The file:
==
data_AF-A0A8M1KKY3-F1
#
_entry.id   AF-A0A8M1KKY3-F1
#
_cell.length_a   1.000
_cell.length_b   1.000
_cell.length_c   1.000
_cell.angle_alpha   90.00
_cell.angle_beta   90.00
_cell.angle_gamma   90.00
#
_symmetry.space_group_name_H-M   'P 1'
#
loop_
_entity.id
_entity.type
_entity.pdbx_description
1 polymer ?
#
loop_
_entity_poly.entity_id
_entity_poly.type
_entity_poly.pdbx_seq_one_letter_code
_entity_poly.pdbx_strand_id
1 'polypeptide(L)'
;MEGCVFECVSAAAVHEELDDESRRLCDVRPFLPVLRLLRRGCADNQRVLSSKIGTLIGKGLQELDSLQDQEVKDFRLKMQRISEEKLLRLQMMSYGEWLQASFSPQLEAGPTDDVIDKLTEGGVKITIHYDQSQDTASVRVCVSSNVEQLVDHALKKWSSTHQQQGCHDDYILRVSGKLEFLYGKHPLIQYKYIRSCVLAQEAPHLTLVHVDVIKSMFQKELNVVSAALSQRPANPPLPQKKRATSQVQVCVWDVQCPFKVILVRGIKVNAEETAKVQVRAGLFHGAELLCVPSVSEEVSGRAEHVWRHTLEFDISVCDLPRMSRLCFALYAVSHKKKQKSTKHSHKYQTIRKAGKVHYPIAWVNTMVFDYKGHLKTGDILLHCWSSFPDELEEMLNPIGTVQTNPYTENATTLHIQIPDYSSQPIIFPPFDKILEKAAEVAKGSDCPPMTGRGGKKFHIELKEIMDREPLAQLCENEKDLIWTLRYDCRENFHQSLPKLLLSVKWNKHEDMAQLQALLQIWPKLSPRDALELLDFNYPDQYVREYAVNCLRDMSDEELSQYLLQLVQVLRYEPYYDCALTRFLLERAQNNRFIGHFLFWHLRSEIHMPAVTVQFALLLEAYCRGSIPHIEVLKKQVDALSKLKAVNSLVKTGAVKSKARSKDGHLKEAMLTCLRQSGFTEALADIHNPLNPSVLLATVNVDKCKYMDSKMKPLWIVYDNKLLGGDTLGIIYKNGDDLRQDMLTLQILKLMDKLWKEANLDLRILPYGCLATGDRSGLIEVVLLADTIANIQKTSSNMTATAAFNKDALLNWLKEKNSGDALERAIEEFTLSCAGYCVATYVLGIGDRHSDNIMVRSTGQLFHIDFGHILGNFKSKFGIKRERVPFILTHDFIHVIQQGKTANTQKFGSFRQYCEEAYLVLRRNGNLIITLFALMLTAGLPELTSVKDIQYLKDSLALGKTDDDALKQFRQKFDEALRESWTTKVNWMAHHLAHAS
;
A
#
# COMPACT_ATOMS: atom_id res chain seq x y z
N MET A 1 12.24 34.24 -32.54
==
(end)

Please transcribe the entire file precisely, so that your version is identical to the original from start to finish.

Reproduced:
data_AF-A0A8M1KKY3-F1
#
_entry.id   AF-A0A8M1KKY3-F1
#
_cell.length_a   1.000
_cell.length_b   1.000
_cell.length_c   1.000
_cell.angle_alpha   90.00
_cell.angle_beta   90.00
_cell.angle_gamma   90.00
#
_symmetry.space_group_name_H-M   'P 1'
#
loop_
_entity.id
_entity.type
_entity.pdbx_description
1 polymer ?
#
loop_
_entity_poly.entity_id
_entity_poly.type
_entity_poly.pdbx_seq_one_letter_code
_entity_poly.pdbx_strand_id
1 'polypeptide(L)'
;MEGCVFECVSAAAVHEELDDESRRLCDVRPFLPVLRLLRRGCADNQRVLSSKIGTLIGKGLQELDSLQDQEVKDFRLKMQRISEEKLLRLQMMSYGEWLQASFSPQLEAGPTDDVIDKLTEGGVKITIHYDQSQDTASVRVCVSSNVEQLVDHALKKWSSTHQQQGCHDDYILRVSGKLEFLYGKHPLIQYKYIRSCVLAQEAPHLTLVHVDVIKSMFQKELNVVSAALSQRPANPPLPQKKRATSQVQVCVWDVQCPFKVILVRGIKVNAEETAKVQVRAGLFHGAELLCVPSVSEEVSGRAEHVWRHTLEFDISVCDLPRMSRLCFALYAVSHKKKQKSTKHSHKYQTIRKAGKVHYPIAWVNTMVFDYKGHLKTGDILLHCWSSFPDELEEMLNPIGTVQTNPYTENATTLHIQIPDYSSQPIIFPPFDKILEKAAEVAKGSDCPPMTGRGGKKFHIELKEIMDREPLAQLCENEKDLIWTLRYDCRENFHQSLPKLLLSVKWNKHEDMAQLQALLQIWPKLSPRDALELLDFNYPDQYVREYAVNCLRDMSDEELSQYLLQLVQVLRYEPYYDCALTRFLLERAQNNRFIGHFLFWHLRSEIHMPAVTVQFALLLEAYCRGSIPHIEVLKKQVDALSKLKAVNSLVKTGAVKSKARSKDGHLKEAMLTCLRQSGFTEALADIHNPLNPSVLLATVNVDKCKYMDSKMKPLWIVYDNKLLGGDTLGIIYKNGDDLRQDMLTLQILKLMDKLWKEANLDLRILPYGCLATGDRSGLIEVVLLADTIANIQKTSSNMTATAAFNKDALLNWLKEKNSGDALERAIEEFTLSCAGYCVATYVLGIGDRHSDNIMVRSTGQLFHIDFGHILGNFKSKFGIKRERVPFILTHDFIHVIQQGKTANTQKFGSFRQYCEEAYLVLRRNGNLIITLFALMLTAGLPELTSVKDIQYLKDSLALGKTDDDALKQFRQKFDEALRESWTTKVNWMAHHLAHAS
;
A
#
# COMPACT_ATOMS: atom_id res chain seq x y z
N MET A 1 12.24 34.24 -32.54